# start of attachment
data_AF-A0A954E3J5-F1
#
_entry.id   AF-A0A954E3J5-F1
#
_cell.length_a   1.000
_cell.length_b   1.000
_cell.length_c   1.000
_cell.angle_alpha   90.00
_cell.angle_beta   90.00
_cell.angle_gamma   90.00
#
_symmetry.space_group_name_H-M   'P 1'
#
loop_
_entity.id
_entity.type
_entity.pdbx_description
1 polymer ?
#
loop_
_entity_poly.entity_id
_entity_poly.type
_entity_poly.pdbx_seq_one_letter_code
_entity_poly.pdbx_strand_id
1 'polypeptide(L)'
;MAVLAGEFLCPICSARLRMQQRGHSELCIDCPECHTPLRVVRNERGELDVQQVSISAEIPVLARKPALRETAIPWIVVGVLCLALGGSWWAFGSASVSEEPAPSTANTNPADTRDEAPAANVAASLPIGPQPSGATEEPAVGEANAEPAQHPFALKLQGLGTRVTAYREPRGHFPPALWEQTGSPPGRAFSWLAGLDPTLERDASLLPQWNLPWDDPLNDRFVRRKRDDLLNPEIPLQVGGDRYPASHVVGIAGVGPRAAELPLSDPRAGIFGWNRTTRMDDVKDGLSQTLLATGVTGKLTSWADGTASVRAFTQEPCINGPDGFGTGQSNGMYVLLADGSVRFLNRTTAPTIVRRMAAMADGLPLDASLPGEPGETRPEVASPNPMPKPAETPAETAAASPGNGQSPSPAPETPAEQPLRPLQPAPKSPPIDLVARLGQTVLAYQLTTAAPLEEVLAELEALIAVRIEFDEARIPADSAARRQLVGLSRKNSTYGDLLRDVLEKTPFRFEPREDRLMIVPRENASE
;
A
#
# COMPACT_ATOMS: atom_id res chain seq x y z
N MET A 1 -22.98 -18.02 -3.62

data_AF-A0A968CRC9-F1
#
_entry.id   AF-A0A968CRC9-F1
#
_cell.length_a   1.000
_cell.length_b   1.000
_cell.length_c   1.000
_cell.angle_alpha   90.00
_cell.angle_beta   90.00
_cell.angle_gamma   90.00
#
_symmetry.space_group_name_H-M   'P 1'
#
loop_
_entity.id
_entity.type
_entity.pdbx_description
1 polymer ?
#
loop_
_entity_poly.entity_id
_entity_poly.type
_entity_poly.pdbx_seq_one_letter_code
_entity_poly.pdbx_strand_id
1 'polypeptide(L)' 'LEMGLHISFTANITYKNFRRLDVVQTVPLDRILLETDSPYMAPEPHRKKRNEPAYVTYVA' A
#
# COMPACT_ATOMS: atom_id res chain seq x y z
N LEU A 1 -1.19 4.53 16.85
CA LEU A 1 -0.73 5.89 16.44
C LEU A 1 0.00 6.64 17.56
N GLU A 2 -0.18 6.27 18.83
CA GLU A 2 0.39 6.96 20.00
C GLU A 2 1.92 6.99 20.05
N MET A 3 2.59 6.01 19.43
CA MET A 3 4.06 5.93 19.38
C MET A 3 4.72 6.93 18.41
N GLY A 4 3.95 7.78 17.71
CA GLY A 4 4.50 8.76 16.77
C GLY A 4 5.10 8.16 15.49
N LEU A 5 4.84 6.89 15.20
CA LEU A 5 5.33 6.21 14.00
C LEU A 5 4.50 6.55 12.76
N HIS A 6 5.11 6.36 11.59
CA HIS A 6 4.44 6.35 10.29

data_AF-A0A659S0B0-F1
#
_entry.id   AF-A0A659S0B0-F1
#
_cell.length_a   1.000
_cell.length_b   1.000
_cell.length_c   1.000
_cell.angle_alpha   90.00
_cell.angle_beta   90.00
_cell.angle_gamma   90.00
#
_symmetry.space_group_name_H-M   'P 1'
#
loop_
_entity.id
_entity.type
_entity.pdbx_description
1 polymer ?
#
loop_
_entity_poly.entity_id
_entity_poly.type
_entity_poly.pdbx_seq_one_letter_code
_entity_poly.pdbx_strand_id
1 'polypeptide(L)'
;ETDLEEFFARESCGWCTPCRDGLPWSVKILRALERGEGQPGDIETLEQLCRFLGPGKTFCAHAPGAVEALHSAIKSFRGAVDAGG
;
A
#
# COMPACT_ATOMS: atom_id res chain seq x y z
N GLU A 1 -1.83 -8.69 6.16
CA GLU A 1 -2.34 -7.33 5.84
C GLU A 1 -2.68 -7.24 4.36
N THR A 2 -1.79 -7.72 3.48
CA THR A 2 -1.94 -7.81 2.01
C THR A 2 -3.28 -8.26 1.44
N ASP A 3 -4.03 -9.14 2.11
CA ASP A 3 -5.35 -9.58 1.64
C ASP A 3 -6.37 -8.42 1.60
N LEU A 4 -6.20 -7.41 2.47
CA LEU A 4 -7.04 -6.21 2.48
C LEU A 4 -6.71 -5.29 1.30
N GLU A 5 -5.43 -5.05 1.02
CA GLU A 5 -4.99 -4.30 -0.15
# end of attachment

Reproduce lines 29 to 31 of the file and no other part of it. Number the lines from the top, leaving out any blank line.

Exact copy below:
#
# COMPACT_ATOMS: atom_id res chain seq x y z
N MET A 1 -22.98 -18.02 -3.62